Rose hip oil for skin care is definitely trending, and we are excited about launching a new brand called Trilogy this spring.

They are a company out of New Zealand that has two wonderful rose hip oils – one of which is organic – that you can use on your skin. We will also be introducing several other great products from Trilogy, such as cleansers, creams and an everything balm.

316 TRI Group Photography Final Visual

Proteins will be another big trend this year. We’re very excited about our new private label products in the 365 Everyday Value and Whole Foods Market brands – in particular, the plant-based protein powders and grass-fed whey powder.

Aromatherapy and essential oils will continue to be very popular in 2015. We started to see increased demand in that category during the latter half of 2014, and the interest only continues to grow. Our 365 Everyday Value Lavender Essential Oil remains one of the top selling products in our beauty and wellness department.

WINE TRENDS — from Doug Bell, Global Wine Buyer

Portuguese wines are going to be big this year – and, yes, we do have a promotion in the spring!

Portugal is an emerging wine region that deserves a closer look. The prices are still slam-dunks for the quality that you get and don’t be intimidated by the Portuguese varietal names. Our wine buyers can help you pair your favorite foods with something from Portugal.

portuguese-wines-whole-foods-market

Beyond Portugal – we are still projecting that rosé wines will be very hot for 2015.

Summer is ripe for rosé, but so are the cool nights and warm days of spring. Keep a bottle in the fridge and serve super chilled. And, there are many shades of rosé – based on how the wines are made – so experiment from berry pink to light salmon rosé wines. Pink doesn’t always equal sweet – you can find some tasty bone dry rose wines.

CHEESE AND SPECIALTY TRENDS — from Cathy Strange, Global Cheese Buyer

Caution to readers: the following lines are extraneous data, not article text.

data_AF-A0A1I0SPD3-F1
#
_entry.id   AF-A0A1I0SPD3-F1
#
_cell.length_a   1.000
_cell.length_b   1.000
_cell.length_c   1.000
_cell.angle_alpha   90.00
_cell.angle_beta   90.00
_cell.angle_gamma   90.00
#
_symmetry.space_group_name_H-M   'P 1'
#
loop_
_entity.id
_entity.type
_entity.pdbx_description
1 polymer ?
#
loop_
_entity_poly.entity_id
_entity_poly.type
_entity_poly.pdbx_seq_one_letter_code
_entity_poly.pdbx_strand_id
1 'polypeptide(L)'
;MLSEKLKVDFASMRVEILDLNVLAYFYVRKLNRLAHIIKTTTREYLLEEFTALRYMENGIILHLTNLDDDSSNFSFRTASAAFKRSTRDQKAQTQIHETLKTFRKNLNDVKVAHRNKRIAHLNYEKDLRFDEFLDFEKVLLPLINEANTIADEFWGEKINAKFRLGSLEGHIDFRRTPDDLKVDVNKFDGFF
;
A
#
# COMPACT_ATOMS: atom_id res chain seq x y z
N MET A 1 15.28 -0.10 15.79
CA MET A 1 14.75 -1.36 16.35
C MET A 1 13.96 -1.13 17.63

organic-cheese-wholefoods

Sustainably produced cheese — More and more cheeses are becoming available that have a mission relating back to the company’s philosophy. At Whole Foods Market, we now have at least 40 organic or sustainable cheeses per store, which is by far the largest selection of any national grocery chain.

Unique ingredient cheese — We’re seeing cheese with hot peppers, kale, honey, and lavender in the ingredients. These ingredients, which you wouldn’t normally expect to find in cheese, actually highlight the milk and rich flavors of the cheese.

We’re especially excited to carry some cheeses with hot peppers and add some nice spice to your bite, like a Hatch Chile Cheddar or Scorpion Cheddar.

PRODUCE TRENDS — from Carol Medieros, Associate Global Produce Coordinator

This year is going to be particularly exciting as we continue to roll our Responsibly Grown program out across all of our US stores.

The program is designed to provide shoppers that extra layer of transparency they’re looking for and help them make more informed choices in the produce aisle, while simultaneously rewarding growers for following responsible growing practices.

responsibly-grown-whole-foods

In terms of specific segments within the produce department, 2015 may be the year of leafy greens (beyond kale).